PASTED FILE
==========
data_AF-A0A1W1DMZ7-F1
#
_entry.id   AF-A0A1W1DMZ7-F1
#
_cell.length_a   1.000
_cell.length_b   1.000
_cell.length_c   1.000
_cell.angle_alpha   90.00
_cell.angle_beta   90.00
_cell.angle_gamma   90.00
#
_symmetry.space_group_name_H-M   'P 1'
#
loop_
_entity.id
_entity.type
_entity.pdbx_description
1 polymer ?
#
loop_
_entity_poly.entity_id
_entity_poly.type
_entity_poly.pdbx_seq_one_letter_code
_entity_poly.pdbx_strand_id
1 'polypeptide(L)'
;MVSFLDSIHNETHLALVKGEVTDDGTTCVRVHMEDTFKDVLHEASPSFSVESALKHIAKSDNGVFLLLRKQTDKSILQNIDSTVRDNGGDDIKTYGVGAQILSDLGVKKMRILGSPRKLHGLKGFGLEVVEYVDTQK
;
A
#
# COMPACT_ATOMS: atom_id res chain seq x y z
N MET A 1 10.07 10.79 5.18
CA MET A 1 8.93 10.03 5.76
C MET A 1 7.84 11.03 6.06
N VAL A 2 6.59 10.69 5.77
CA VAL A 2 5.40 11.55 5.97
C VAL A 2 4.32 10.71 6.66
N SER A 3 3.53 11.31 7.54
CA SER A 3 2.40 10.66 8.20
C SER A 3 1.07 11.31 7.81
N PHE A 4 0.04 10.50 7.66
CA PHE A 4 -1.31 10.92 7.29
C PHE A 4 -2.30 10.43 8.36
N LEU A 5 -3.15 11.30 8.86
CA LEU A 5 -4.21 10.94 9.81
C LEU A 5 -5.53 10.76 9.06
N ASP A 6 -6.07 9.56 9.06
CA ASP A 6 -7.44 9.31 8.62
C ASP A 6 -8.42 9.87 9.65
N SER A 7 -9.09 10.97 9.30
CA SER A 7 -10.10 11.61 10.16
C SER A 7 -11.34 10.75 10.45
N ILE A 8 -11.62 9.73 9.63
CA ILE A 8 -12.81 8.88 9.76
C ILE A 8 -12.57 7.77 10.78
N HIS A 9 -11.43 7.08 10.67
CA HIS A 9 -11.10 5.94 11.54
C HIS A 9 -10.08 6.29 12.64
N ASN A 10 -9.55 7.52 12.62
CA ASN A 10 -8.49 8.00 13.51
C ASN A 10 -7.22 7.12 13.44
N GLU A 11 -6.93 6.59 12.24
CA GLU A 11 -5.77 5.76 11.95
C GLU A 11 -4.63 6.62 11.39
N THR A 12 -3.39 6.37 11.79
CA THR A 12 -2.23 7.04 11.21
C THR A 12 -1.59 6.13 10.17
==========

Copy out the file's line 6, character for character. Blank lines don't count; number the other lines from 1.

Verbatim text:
_cell.length_b   1.000